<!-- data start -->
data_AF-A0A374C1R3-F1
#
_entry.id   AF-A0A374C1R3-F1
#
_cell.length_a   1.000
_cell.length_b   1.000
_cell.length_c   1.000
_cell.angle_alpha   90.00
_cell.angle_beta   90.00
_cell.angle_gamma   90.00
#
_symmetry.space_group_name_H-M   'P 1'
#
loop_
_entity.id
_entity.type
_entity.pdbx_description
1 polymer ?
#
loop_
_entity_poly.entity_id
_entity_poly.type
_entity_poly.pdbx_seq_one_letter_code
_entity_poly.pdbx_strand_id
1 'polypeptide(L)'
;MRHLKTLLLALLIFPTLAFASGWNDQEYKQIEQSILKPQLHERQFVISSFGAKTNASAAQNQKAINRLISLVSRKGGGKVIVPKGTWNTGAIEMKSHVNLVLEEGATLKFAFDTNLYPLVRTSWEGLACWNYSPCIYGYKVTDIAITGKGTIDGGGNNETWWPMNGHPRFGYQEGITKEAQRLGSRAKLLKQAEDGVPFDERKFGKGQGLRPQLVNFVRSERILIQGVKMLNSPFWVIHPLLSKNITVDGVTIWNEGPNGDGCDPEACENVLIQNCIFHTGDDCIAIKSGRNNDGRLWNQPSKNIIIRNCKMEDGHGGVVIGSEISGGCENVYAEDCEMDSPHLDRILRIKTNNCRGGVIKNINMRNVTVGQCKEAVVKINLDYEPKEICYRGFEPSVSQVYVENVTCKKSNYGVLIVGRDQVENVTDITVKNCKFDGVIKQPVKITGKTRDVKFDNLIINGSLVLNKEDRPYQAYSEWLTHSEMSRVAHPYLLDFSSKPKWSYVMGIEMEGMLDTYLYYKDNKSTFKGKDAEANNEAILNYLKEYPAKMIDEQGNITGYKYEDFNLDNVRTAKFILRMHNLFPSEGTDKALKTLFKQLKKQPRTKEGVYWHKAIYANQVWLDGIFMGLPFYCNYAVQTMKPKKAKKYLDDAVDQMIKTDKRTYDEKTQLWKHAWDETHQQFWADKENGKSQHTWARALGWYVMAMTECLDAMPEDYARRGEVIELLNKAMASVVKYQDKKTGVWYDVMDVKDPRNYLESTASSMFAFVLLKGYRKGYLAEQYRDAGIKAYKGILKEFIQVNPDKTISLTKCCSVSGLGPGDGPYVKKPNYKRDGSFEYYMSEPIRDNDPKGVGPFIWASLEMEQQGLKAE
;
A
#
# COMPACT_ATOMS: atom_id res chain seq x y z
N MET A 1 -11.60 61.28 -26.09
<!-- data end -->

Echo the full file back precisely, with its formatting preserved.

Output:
data_AF-A0A374C1R3-F1
#
_entry.id   AF-A0A374C1R3-F1
#
_cell.length_a   1.000
_cell.length_b   1.000
_cell.length_c   1.000
_cell.angle_alpha   90.00
_cell.angle_beta   90.00
_cell.angle_gamma   90.00
#
_symmetry.space_group_name_H-M   'P 1'
#
loop_
_entity.id
_entity.type
_entity.pdbx_description
1 polymer ?
#
loop_
_entity_poly.entity_id
_entity_poly.type
_entity_poly.pdbx_seq_one_letter_code
_entity_poly.pdbx_strand_id
1 'polypeptide(L)'
;MRHLKTLLLALLIFPTLAFASGWNDQEYKQIEQSILKPQLHERQFVISSFGAKTNASAAQNQKAINRLISLVSRKGGGKVIVPKGTWNTGAIEMKSHVNLVLEEGATLKFAFDTNLYPLVRTSWEGLACWNYSPCIYGYKVTDIAITGKGTIDGGGNNETWWPMNGHPRFGYQEGITKEAQRLGSRAKLLKQAEDGVPFDERKFGKGQGLRPQLVNFVRSERILIQGVKMLNSPFWVIHPLLSKNITVDGVTIWNEGPNGDGCDPEACENVLIQNCIFHTGDDCIAIKSGRNNDGRLWNQPSKNIIIRNCKMEDGHGGVVIGSEISGGCENVYAEDCEMDSPHLDRILRIKTNNCRGGVIKNINMRNVTVGQCKEAVVKINLDYEPKEICYRGFEPSVSQVYVENVTCKKSNYGVLIVGRDQVENVTDITVKNCKFDGVIKQPVKITGKTRDVKFDNLIINGSLVLNKEDRPYQAYSEWLTHSEMSRVAHPYLLDFSSKPKWSYVMGIEMEGMLDTYLYYKDNKSTFKGKDAEANNEAILNYLKEYPAKMIDEQGNITGYKYEDFNLDNVRTAKFILRMHNLFPSEGTDKALKTLFKQLKKQPRTKEGVYWHKAIYANQVWLDGIFMGLPFYCNYAVQTMKPKKAKKYLDDAVDQMIKTDKRTYDEKTQLWKHAWDETHQQFWADKENGKSQHTWARALGWYVMAMTECLDAMPEDYARRGEVIELLNKAMASVVKYQDKKTGVWYDVMDVKDPRNYLESTASSMFAFVLLKGYRKGYLAEQYRDAGIKAYKGILKEFIQVNPDKTISLTKCCSVSGLGPGDGPYVKKPNYKRDGSFEYYMSEPIRDNDPKGVGPFIWASLEMEQQGLKAE
;
A
#
# COMPACT_ATOMS: atom_id res chain seq x y z
N MET A 1 -11.60 61.28 -26.09